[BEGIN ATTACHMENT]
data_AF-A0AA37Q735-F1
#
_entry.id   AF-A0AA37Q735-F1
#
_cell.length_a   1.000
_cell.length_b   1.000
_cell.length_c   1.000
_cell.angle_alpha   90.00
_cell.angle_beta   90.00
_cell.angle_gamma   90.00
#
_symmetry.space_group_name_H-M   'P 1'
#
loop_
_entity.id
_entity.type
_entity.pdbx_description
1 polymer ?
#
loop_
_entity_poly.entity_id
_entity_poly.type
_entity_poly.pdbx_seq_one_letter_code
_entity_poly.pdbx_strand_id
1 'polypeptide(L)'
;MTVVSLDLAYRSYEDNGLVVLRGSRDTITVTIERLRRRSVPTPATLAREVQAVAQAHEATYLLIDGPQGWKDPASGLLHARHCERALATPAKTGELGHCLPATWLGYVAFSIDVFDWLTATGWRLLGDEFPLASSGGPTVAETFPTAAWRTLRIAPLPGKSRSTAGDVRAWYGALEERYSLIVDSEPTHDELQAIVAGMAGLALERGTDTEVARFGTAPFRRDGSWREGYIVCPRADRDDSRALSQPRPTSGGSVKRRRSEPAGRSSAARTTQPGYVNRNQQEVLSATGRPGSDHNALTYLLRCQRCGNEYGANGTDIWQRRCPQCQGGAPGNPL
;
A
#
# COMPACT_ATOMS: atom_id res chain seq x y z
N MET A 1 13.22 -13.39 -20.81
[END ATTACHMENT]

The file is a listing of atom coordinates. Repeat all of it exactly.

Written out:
data_AF-A0AA37Q735-F1
#
_entry.id   AF-A0AA37Q735-F1
#
_cell.length_a   1.000
_cell.length_b   1.000
_cell.length_c   1.000
_cell.angle_alpha   90.00
_cell.angle_beta   90.00
_cell.angle_gamma   90.00
#
_symmetry.space_group_name_H-M   'P 1'
#
loop_
_entity.id
_entity.type
_entity.pdbx_description
1 polymer ?
#
loop_
_entity_poly.entity_id
_entity_poly.type
_entity_poly.pdbx_seq_one_letter_code
_entity_poly.pdbx_strand_id
1 'polypeptide(L)'
;MTVVSLDLAYRSYEDNGLVVLRGSRDTITVTIERLRRRSVPTPATLAREVQAVAQAHEATYLLIDGPQGWKDPASGLLHARHCERALATPAKTGELGHCLPATWLGYVAFSIDVFDWLTATGWRLLGDEFPLASSGGPTVAETFPTAAWRTLRIAPLPGKSRSTAGDVRAWYGALEERYSLIVDSEPTHDELQAIVAGMAGLALERGTDTEVARFGTAPFRRDGSWREGYIVCPRADRDDSRALSQPRPTSGGSVKRRRSEPAGRSSAARTTQPGYVNRNQQEVLSATGRPGSDHNALTYLLRCQRCGNEYGANGTDIWQRRCPQCQGGAPGNPL
;
A
#
# COMPACT_ATOMS: atom_id res chain seq x y z
N MET A 1 13.22 -13.39 -20.81